Peru Selloff Abates With Leftist Seeking to Reassure Investors

Peruvian markets rebounded from Monday’s losses as the leading presidential candidate sought to reassure investors who were preparing for a drawn-out count of Sunday’s vote.

Benchmark bonds pared more than half of the decline as the leftist Pedro Castillo, who has an 80,000-vote lead with more than 95% of ballots counted, sent a statement saying he would pay the country’s debt and keep central bank independence. The sol and the main stock gauge edged higher.

Castillo said in a statement late Monday that if elected his administration would maintain a dialogue with business leaders. He also ruled out nationalizations, the confiscation of savings and any price, currency or import controls. He reiterated a need for higher social spending on health care and education.

“We will keep an open and wide dialogue with various business sectors and with honest entrepreneurs who play a fundamental role in the country’s industrialization and development,” he said in the statement.

Castillo’s opponent, the market favorite Keiko Fujimori, said the rival party has been “distorting or delaying” the results of the election. She provided no evidence to back up her claim, but said she would do so. Fujimori, who lost by a razor-thin margin in the 2016 runoff, has said that she regrets not seeking a recount five years ago.

Peru is headed for days of political uncertainty as the final votes are tallied and officials contend with any sustained dispute. But the small number of votes separating the contenders also provided relief to investors encouraged by the idea that neither candidate would have the political mandate to overhaul one of South America’s steadiest economies.

“The divided legislature and the divided country of a weak, second-round victory should offer some counterchecks to radicalism,” said Siobhan Morden, head of Latin America fixed income at Amherst Pierpont Securities in New York.

Peru Selloff Abates With Leftist Seeking to Reassure Investors

Castillo, a rural school teacher who promises to redistribute wealth, had 50.2% of the votes with 97.8% of the ballots counted. Fujimori, the daughter of imprisoned former President Alberto Fujimori, came second with 49.8%.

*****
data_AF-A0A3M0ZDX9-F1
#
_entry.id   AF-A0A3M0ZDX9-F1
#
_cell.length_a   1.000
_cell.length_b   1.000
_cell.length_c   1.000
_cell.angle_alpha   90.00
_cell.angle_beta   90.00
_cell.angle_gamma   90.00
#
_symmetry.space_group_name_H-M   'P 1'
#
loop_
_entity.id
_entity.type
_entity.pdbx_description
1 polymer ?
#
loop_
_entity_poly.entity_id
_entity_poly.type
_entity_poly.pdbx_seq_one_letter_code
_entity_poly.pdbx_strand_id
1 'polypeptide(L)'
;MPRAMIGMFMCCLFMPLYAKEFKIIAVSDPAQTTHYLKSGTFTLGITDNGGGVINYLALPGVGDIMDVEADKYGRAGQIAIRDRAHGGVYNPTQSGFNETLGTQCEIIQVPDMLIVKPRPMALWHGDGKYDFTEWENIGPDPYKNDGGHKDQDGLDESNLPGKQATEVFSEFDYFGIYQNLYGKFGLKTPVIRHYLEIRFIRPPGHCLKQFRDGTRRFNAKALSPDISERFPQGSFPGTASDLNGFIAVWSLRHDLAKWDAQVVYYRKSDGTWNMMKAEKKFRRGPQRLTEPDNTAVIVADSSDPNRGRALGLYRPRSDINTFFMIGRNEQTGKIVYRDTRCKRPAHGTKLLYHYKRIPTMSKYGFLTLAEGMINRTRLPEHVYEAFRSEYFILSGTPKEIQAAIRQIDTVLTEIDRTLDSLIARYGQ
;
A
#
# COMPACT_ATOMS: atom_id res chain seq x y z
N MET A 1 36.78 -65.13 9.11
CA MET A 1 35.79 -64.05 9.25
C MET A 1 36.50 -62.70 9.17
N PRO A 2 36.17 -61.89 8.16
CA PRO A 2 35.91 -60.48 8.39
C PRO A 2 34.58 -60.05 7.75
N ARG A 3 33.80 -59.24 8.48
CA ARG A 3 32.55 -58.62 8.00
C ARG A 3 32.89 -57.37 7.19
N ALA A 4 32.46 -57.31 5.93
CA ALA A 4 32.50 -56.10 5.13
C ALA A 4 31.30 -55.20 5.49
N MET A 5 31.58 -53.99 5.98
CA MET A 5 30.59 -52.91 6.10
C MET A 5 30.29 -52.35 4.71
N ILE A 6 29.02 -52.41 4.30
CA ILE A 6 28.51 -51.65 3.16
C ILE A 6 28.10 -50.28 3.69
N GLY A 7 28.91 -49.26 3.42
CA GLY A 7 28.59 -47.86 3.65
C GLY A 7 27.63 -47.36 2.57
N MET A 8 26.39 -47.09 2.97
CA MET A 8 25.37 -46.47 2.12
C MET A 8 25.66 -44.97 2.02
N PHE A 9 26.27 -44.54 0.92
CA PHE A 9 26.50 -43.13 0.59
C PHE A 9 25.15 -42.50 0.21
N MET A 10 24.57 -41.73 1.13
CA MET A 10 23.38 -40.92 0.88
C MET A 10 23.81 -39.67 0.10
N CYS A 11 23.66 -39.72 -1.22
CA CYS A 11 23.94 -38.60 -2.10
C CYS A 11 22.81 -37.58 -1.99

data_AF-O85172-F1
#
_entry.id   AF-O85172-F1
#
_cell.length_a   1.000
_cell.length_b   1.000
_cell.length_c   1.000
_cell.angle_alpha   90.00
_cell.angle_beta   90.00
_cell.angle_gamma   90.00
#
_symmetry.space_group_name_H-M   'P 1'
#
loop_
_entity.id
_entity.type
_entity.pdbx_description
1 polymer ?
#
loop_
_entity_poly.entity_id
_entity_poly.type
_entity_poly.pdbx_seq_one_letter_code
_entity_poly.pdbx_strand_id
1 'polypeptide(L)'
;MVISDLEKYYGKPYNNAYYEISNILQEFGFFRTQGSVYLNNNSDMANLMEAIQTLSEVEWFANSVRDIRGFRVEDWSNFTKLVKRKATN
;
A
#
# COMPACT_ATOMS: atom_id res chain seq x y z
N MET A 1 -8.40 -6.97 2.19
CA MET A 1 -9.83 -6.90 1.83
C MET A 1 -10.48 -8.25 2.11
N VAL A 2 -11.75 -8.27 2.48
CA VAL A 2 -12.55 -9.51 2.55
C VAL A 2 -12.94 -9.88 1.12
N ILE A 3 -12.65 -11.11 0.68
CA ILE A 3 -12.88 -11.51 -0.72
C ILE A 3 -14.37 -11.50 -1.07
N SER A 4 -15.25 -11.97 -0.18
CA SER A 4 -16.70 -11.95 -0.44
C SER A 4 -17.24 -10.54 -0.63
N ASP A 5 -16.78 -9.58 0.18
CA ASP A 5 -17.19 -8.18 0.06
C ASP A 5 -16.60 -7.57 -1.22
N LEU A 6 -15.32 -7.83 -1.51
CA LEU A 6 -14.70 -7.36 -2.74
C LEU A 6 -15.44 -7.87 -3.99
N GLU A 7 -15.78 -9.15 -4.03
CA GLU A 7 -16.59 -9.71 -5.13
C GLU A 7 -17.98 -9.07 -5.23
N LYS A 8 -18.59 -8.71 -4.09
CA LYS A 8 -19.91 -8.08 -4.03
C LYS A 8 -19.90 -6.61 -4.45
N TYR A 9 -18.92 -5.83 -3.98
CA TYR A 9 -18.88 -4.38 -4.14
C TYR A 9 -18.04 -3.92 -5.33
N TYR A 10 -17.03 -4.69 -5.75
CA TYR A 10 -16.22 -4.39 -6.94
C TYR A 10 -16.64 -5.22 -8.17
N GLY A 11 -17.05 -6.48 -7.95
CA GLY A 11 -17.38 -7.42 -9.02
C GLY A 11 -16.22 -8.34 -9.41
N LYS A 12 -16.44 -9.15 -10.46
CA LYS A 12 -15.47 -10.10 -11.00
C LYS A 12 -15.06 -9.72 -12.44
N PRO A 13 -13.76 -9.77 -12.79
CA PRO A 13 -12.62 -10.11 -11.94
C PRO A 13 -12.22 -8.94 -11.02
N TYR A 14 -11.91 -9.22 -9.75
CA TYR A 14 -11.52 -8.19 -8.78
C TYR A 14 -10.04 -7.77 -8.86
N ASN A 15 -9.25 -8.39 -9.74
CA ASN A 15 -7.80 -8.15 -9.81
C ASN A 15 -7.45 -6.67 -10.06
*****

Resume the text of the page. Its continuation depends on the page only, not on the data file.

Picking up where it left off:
Peruvian assets tumbled on Monday, with the sol posting its worst single-day performance in a decade, as investors contemplated the possibility of a left-leaning government in the Andean country.

Those fears seemed to abate Tuesday. Benchmark bonds due in 2031 headed for their biggest gain since November, rising by 1 cent to trade at 100 cents on the dollar while the yield dropped to 2.74% as of 3 p.m. in New York. The sol gained 0.4% to 3.923 per dollar. The S&P/BVL Peru General Index added 0.1%.

“Whoever wins, they’re winning by a hair -- there’s no way they can come in and say we’re going to change everything,” said Ray Zucaro, the chief investment officer at RVX Asset Management in Miami. “It’s a slight change one way or another.”

Fujimori, who is under investigation for corruption and campaigned while out on bail, has vowed to save the country from “communism” by preserving a liberal economic model and boosting cash payments to families affected by the pandemic.

Castillo, by contrast, has pledged to increase taxes on mining and oil companies to invest on education and health. He blames the country’s inequality on the ruling elite whom he says has long been content to run Peru from Lima while ignoring large swathes of the country.

Meanwhile, Fujimori tried to raise doubts about the vote.

“A series of irregularities have been occurring,” she told reporters on Monday evening, adding however that she was optimistic about her chances of winning once votes from Peruvians living abroad are fully accounted for. “We have a lot of faith, we trust and we will carefully await the final results.”

Castillo, responding to Fujimori’s claims, said that he will be the first to enforce the will of the Peruvian people and denied that his party is disrupting the vote count process.

Local and international observers have said they believe voting was fair. The Organization of American States didn’t detect any major problems during the Sunday election, according to a preliminary assessment.

Teneo Intelligence, a consulting firm, said in a note that a definitive result may not come until the end of the week or later.

“Whoever takes the presidency is going to find a very divided country that’s going to make it hard for radical structural changes to be implemented,” said Gustavo Medeiros, deputy head of research at Ashmore Group in London.

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